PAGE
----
I love a circus! | Dear Diane
Is there anything ‘normal’ about ALS? If so, I haven’t yet discovered it. That’s ironic, since life itself is fraught with unexpected events, twists and turns. Yet we call it ‘normal.’ Why not ALS, too?
I learned early how to answer the inevitable question of my heart: Why me? Why my family? The answer was always the same: Why not you and your family? Somehow that seems normal to me. Things happen that we think will never happen to us–even though they’re happening all around us to other people. Normal.
Still, I understand and live with the constant tension of wanting things to be ‘normal.’ So did Diane. She, however, had to define her own normal daily, within the context of a seemingly ‘ab-normal’ existence. Not without God, but often without much we call normal to depend upon.
I love a circus!
Life seems most normal when I’m surrounded by active people who are comfortable enough around me to just be themselves. Usually the group includes my kids. For them, I’m just Mom and life continues.
On my last birthday Andy drove down from Dallas and my sister Elouise was here. Eric, who plans to add another last name to Erin next year, also joined us along with his mom’s dog, Mandy. Of course Clay, Chris, Erin, my nurse, and our dogs Oreo and Snickers were all present with me. Eight people and three dogs, in my usually quiet bedroom! The TV was likely on, but certainly not heard. In my convex mirror I observed Clay flat on the floor inciting more noise from the dogs.
Elouise, who generally enjoys a more sedate home environment, commented on my bedroom “circus.” And I always enjoy a good circus.
Your more sedate sister here. Not quite so sedate now as I was then. Thanks to our new baby Smudge. Actually, he’s over one year old. Some days are worse than others. Here’s an early ‘worse day’ scenario. We confined him to the laundry room overnight until he was a year old. This greeted us one fine morning! Smudge, of course, is nowhere in sight.
Another action shot. Definitely keeps us on our toes.
And one recent shot–
Today he taught us it’s OK if he sleeps on our precious heated water-bed during the day—IF we cover it with a sheet so we can collect all his precious fur.
Then there’s the not-so-fun stuff. This week I’ve been reading my Houston journal for trips in January 2000, April 2000 (your 51st birthday) and August 2000. ALS is taking its toll on everybody, while life just keeps moving on. A constant clash of realities. Here are three excerpts from January 2000.
Teary all day—actually, since watching Tuesdays with Morrie last night. The scene where Mitch and Morrie say goodbye really got to me. I’ve been thinking about how stingy we are with our tears for each other right now. Even though I want to cry, I feel constrained not to, because ALS patients need a positive, upbeat approach to life. I also know Diane can’t reciprocate—It creates too many upper respiratory problems. So I stifle it—at least when I’m here and around her.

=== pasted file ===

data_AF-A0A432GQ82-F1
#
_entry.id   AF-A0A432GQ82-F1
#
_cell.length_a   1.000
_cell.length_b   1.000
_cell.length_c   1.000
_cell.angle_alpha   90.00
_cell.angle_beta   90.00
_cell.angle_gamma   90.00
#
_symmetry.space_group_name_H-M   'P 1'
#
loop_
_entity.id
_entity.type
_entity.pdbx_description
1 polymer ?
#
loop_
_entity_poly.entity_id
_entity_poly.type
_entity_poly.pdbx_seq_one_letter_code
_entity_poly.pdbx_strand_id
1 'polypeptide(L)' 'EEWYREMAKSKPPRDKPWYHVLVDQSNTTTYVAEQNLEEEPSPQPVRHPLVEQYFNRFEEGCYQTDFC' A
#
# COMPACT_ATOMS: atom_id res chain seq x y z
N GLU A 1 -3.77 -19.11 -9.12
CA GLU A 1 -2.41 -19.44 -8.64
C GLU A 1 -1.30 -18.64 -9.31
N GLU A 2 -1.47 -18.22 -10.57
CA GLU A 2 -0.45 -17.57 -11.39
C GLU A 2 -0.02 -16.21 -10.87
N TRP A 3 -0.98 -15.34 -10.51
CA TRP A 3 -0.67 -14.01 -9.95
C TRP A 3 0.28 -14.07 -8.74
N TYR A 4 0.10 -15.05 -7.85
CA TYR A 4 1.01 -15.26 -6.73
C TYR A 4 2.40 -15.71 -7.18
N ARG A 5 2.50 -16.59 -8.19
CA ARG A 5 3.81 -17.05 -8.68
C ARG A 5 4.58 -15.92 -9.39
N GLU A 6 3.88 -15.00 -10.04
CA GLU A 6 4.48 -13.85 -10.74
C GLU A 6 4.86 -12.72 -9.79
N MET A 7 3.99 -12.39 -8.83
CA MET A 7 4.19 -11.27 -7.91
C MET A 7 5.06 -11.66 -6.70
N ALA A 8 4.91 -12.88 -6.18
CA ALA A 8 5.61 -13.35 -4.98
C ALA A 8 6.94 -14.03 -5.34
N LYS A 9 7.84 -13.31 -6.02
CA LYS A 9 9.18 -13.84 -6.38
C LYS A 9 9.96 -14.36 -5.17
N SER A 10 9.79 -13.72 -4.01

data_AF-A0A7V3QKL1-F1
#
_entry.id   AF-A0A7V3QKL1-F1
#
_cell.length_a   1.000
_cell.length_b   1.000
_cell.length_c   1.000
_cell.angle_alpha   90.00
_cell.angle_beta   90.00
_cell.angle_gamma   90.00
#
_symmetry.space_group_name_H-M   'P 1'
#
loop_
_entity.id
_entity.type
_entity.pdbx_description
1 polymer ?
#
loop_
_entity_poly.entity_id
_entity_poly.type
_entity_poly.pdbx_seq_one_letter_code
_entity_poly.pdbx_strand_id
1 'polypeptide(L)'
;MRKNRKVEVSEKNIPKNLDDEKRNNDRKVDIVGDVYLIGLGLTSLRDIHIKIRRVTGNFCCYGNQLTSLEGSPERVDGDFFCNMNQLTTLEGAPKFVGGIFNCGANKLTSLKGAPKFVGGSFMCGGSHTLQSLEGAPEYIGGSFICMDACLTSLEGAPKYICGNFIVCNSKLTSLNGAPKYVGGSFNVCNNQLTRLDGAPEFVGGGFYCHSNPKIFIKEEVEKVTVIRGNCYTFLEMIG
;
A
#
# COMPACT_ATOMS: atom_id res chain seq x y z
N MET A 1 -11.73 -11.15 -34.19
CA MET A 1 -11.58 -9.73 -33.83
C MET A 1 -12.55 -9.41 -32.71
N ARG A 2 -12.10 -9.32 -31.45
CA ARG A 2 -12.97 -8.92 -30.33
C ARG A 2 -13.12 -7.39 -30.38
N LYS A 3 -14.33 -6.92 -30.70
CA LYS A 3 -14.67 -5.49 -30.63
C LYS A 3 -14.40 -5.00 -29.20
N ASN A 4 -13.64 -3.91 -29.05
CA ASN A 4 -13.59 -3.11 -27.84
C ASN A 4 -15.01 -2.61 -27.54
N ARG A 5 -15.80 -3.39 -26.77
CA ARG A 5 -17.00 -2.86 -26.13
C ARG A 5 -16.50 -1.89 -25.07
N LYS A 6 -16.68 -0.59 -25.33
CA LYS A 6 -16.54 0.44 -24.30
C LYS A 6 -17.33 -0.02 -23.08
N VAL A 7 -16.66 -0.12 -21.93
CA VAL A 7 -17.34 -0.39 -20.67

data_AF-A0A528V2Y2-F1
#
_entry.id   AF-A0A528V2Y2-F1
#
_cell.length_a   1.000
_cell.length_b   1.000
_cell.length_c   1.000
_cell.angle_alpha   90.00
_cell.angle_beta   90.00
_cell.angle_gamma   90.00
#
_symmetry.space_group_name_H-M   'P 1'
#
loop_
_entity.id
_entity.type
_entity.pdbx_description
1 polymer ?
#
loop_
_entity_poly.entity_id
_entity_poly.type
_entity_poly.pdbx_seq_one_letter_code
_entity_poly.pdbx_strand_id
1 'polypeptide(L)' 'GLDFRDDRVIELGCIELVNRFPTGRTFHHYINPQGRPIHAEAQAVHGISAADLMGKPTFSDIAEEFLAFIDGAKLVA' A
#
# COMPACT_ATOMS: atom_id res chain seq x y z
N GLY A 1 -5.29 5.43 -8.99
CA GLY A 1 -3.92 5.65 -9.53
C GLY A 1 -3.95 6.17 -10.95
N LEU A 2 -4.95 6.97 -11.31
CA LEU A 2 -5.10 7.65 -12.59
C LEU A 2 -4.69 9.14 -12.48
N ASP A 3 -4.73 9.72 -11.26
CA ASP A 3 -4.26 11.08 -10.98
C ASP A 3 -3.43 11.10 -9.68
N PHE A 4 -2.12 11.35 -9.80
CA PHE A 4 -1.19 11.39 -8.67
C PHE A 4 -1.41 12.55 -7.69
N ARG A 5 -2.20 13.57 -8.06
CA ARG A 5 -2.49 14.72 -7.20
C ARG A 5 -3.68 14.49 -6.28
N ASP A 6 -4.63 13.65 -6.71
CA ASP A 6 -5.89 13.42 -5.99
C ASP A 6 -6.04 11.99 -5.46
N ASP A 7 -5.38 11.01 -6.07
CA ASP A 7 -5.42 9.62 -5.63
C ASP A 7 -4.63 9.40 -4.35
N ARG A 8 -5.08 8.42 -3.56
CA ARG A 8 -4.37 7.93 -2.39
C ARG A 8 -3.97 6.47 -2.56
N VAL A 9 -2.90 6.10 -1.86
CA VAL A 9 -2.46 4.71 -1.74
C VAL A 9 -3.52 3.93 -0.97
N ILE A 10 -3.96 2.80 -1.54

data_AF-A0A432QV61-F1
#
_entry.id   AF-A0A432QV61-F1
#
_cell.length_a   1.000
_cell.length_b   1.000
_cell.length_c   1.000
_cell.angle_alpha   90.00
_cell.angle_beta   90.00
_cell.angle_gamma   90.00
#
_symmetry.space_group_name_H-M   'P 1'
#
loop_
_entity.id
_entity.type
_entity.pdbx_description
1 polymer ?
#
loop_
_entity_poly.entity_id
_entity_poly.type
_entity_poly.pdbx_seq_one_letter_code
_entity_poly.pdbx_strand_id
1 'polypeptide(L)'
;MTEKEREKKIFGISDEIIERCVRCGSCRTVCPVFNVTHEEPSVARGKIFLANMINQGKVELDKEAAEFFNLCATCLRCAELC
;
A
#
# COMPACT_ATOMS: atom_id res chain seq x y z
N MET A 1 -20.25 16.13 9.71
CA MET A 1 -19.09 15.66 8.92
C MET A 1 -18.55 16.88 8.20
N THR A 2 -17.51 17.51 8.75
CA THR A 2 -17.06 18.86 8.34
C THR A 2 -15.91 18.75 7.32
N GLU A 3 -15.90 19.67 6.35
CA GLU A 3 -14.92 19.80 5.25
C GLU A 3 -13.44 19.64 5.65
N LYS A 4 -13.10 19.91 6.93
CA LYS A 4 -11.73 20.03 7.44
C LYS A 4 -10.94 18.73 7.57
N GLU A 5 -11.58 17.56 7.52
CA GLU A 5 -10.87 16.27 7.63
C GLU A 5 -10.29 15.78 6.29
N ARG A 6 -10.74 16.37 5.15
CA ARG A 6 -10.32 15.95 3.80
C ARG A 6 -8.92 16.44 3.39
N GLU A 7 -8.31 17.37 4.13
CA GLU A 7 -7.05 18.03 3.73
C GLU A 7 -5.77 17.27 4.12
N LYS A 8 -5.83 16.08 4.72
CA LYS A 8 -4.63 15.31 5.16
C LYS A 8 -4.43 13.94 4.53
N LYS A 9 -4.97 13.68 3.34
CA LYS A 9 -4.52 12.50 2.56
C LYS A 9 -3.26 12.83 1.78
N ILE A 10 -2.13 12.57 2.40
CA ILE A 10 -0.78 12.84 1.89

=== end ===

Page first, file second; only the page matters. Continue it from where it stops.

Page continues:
Feeling at loose ends this trip. Communication more difficult than ever. Diane’s caretaking routines are longer and more difficult than ever. Tons of interruptions. Keep wondering whether it does Diane any good at all for me to come. It certainly cuts a gaping hole in her routine. So I’m doing a significant amount of sitting and watching—along with transferring digital photo files for her.
I’m full of unwept tears and a kind of despair. Wanting to do something useful/helpful, but feeling totally powerless. More and more it seems there are two lives going on in the house. Diane’s, which is becoming more and more constricted, and everyone else’s. The pain of Diane at her computer in the bedroom while everyone is in the living room or kitchen having a good time together is almost more than I can take. I don’t feel guilty. I just feel keenly how much she has slipped away from us and how alien-like her existence and ours have become. Divergence. Distance. More echoes and less direct connection. A kind of time warp that seems to leave her behind or push her far ahead and beyond. What does it mean to relate, when most of the communication is one-way? It’s as though her communication has been pared down too, losing the depth and breadth of nuances and allusions and word plays. I wonder sometimes whether we’re even communicating on the same page. Whether I’m missing most of what she wants me to hear—thinking I’ve understood when I haven’t.
Thankfully, before the April visit you got a new, improved double-eye tracker. You still needed huge chunks of time for personal care, but your ability to communicate improved a lot.
Yet my journal notes are painfully true. In 2000, you’re still with us and will be for six more years. It took a while, but I found a rhythm. A way of being with you that wasn’t what either of us preferred. Nonetheless, looking back, it was more than enough for my heart. I hope it was for yours as well.
Love and hugs,
© Elouise Renich Fraser, 5 December 2014
Photo credit: DAFraser